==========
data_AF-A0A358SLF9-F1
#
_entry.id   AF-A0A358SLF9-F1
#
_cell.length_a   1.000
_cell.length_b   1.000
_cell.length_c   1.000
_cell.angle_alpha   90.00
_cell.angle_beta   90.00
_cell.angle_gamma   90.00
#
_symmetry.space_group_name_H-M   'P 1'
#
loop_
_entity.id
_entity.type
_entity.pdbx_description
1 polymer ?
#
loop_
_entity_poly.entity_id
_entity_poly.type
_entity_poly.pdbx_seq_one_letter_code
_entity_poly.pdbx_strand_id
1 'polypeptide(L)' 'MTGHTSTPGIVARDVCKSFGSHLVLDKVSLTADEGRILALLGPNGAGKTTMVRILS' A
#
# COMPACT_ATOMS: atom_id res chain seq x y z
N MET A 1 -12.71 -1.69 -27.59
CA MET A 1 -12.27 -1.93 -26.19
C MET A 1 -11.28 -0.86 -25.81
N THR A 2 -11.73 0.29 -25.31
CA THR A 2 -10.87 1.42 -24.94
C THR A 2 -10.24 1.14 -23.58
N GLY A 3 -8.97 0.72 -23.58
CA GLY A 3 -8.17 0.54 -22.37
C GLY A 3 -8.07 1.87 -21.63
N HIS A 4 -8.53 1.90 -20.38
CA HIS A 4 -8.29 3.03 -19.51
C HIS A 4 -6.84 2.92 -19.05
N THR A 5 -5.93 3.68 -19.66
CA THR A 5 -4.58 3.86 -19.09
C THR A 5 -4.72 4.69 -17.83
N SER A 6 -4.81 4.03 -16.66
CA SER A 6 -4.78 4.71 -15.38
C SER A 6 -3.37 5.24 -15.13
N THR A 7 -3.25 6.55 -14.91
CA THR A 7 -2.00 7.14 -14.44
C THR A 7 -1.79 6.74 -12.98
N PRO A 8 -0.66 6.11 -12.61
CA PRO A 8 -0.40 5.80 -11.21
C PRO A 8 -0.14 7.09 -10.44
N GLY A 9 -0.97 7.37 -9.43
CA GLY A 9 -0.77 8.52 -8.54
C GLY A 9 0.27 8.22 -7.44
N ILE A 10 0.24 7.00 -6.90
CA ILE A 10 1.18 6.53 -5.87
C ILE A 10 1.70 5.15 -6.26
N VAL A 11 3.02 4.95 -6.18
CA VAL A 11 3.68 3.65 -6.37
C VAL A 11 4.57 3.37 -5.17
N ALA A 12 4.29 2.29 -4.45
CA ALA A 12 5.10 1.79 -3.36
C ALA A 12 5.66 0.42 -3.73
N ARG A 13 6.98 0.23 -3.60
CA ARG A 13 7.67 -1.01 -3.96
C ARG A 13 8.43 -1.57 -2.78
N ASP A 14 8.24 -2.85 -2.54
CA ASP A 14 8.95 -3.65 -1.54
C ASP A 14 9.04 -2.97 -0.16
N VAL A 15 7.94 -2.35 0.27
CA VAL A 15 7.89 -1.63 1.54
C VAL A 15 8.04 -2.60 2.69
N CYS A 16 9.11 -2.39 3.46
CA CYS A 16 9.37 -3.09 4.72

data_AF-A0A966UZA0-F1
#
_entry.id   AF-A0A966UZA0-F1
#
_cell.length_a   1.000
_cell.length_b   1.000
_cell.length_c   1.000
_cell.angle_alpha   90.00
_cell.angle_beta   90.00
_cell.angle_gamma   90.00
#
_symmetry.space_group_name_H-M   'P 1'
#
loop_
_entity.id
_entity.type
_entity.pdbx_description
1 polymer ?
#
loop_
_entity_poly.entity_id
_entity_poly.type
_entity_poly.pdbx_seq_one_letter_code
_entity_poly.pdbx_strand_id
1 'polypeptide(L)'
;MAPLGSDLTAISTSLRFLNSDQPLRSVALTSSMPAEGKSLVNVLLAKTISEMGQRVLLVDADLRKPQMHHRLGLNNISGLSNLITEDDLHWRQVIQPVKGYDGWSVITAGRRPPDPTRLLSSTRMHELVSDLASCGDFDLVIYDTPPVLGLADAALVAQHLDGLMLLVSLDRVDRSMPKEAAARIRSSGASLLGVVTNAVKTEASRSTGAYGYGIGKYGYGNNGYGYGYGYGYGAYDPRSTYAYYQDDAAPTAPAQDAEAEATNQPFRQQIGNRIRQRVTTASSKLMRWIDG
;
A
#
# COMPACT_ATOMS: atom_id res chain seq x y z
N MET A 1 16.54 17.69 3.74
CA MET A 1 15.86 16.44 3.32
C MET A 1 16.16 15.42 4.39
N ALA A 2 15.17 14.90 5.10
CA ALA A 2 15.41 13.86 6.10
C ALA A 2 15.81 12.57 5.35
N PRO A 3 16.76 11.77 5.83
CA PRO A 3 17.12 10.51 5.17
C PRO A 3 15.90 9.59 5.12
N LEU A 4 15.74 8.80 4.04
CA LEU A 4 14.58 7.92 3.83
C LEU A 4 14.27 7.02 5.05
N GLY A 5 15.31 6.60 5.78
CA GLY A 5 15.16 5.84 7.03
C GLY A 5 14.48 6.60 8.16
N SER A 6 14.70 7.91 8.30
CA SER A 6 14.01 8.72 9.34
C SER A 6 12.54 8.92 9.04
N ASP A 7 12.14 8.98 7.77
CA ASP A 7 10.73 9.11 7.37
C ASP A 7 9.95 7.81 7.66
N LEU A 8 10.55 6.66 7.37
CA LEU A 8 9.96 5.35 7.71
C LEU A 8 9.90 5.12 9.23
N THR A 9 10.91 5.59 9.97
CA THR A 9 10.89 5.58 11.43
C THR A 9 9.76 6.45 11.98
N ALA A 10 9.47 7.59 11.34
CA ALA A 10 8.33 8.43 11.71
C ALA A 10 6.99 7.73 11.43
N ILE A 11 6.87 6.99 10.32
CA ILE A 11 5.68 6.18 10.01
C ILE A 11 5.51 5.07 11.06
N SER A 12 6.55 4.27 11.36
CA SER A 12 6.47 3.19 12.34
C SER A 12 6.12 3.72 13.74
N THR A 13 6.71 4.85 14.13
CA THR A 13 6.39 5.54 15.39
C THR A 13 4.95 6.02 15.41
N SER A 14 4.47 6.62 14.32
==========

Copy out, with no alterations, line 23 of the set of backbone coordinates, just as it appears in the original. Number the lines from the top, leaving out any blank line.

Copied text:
_entity_poly.pdbx_seq_one_letter_code